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Black Drum vs Sheepshead

Black Drum vs Sheepshead – What’s the Difference?

Two of the most popular types of inshore saltwater fish species are black drum and sheepshead. Each of these are found in abundance around the coast of the Atlantic Ocean and the Gulf of Mexico.

If you’re not quite sure how to tell the difference between black drum vs sheepshead, we’ve compiled this article to serve as a handy guide.

Black Drum vs Sheepshead Overview

The black drum and sheepshead fish are two of the most sought-after species around the coastal waters of the eastern United States. Inshore anglers routinely target black drum as they are fairly easy to catch and have a good taste when prepared and cooked properly.

Sheepshead are caught a bit further away from the shore, but sometimes you’ll see them come into coastal waters and gravitate toward dock pilings and other structures.

These types of fish are commonly found in marshy areas and there are many instances where you might catch both species in the same habitat.

Many anglers who might not be very familiar with these types of fish can get confused about whether they have caught a black drum vs sheepshead.

What is a Black Drum?

Black drum are often found in the coastal areas throughout the eastern half of the United States. They are much more prevalent further south and are known to prefer waters that are more shallow, which many anglers consider to be inshore areas.

Black Drum

They are known to be a bottom-feeding variety of fish and often cruise around various waterways using the small barbs on the underside of their mouth to seek out food.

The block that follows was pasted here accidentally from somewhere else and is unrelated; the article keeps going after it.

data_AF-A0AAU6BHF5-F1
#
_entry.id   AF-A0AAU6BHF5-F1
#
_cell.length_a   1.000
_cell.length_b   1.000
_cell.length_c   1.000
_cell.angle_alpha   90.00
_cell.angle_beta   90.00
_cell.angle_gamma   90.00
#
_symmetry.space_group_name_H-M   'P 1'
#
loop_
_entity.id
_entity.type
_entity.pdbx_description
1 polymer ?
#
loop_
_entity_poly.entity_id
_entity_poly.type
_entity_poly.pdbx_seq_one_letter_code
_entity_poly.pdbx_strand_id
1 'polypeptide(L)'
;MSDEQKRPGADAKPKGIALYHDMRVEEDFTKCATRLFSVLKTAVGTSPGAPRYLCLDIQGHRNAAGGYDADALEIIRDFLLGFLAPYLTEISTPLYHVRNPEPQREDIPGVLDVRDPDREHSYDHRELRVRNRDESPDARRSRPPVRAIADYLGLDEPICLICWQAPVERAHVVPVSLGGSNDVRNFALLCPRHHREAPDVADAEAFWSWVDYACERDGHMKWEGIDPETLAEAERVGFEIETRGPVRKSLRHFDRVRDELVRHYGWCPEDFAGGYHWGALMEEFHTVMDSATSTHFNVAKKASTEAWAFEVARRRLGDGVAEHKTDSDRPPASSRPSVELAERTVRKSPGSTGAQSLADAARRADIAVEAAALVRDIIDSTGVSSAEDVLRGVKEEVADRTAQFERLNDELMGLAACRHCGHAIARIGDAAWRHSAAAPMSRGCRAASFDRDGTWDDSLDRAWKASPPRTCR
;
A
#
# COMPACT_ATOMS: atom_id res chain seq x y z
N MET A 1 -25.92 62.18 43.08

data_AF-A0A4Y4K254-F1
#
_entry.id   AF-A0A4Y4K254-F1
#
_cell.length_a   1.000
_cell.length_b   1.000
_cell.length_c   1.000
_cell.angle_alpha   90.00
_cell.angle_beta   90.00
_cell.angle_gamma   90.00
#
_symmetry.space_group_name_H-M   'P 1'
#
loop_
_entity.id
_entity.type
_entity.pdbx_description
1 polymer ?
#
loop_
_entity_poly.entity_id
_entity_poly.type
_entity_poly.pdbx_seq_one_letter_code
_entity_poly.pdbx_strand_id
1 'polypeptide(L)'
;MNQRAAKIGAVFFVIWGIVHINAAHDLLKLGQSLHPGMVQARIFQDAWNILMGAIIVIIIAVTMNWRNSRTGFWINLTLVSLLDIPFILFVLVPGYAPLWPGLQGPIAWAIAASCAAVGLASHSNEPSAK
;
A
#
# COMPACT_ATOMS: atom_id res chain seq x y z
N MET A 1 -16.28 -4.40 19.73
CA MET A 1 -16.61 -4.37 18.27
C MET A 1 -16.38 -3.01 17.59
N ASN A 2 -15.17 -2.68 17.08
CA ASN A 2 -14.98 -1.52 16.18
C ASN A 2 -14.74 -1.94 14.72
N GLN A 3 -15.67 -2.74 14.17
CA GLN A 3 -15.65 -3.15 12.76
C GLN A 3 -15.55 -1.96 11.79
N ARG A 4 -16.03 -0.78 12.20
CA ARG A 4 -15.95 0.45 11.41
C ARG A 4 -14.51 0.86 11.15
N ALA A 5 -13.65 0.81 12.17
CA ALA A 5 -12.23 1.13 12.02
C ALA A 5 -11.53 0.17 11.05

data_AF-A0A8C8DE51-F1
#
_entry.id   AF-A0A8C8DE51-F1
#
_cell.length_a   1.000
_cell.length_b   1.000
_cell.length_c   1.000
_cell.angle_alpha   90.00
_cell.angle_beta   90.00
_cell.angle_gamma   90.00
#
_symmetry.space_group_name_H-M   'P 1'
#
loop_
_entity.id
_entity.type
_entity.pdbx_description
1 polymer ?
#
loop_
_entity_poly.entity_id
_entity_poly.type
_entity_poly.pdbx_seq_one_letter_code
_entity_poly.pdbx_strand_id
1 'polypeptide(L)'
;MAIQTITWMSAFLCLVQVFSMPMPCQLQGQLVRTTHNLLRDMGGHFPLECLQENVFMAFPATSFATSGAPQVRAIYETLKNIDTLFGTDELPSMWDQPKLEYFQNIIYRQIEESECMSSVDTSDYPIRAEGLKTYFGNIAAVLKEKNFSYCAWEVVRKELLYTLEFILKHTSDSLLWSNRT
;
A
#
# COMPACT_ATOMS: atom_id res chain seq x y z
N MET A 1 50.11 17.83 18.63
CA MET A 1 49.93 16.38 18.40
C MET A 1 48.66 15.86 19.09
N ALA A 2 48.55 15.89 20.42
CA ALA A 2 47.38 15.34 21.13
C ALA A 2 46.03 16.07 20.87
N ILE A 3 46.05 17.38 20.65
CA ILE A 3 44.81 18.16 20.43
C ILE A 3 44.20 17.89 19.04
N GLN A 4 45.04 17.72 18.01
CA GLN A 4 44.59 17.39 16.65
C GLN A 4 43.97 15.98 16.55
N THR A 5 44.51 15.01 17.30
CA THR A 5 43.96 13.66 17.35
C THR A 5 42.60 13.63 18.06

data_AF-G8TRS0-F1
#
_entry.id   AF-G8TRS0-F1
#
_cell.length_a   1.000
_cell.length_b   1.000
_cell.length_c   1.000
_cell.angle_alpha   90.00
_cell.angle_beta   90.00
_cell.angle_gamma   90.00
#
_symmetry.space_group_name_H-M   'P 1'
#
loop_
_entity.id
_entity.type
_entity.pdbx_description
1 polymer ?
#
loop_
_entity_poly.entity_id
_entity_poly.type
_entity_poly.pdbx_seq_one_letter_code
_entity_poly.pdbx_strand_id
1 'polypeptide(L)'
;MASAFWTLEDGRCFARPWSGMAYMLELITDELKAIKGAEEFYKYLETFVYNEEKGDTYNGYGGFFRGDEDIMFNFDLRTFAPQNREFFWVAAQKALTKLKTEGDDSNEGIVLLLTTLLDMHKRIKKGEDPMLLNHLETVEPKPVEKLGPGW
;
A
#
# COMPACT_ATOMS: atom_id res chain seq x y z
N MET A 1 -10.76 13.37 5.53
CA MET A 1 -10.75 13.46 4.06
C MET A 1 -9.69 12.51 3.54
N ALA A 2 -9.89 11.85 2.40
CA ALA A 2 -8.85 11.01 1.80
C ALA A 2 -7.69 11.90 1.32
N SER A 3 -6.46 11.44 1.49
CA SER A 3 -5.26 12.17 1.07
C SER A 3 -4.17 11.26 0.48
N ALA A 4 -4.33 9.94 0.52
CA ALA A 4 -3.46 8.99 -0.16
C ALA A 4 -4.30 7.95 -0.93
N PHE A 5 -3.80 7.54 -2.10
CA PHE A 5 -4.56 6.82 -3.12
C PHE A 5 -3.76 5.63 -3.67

Some of the black drum’s favorite menu items include clams, oysters, mussels and crabs, which they find in abundant numbers along the warmer southern coastal areas.

Black drum have exceptionally strong teeth that allow them to eat such prey, but they also like to feed on just about anything else they manage to find along their prime habitat.

These fish have very tough teeth that line their mouth and allow them to chew and crush hard-shelled prey that most other fish might not consider trying to eat due to the hardness of their external shell.

What is a Sheepshead Fish?

It’s known that sheepshead have a much greater range when it comes to the regions where they are commonly found. Anglers usually catch them anywhere from the southeastern Canadian coast all the way down to the warm, temperate waters of the Gulf of Mexico.

Sheepshead Fish

It’s also common to find sheepshead in and around the Carribean Islands, as well as South America, but they seem to be found in greater numbers in the areas north of the equatorial divide.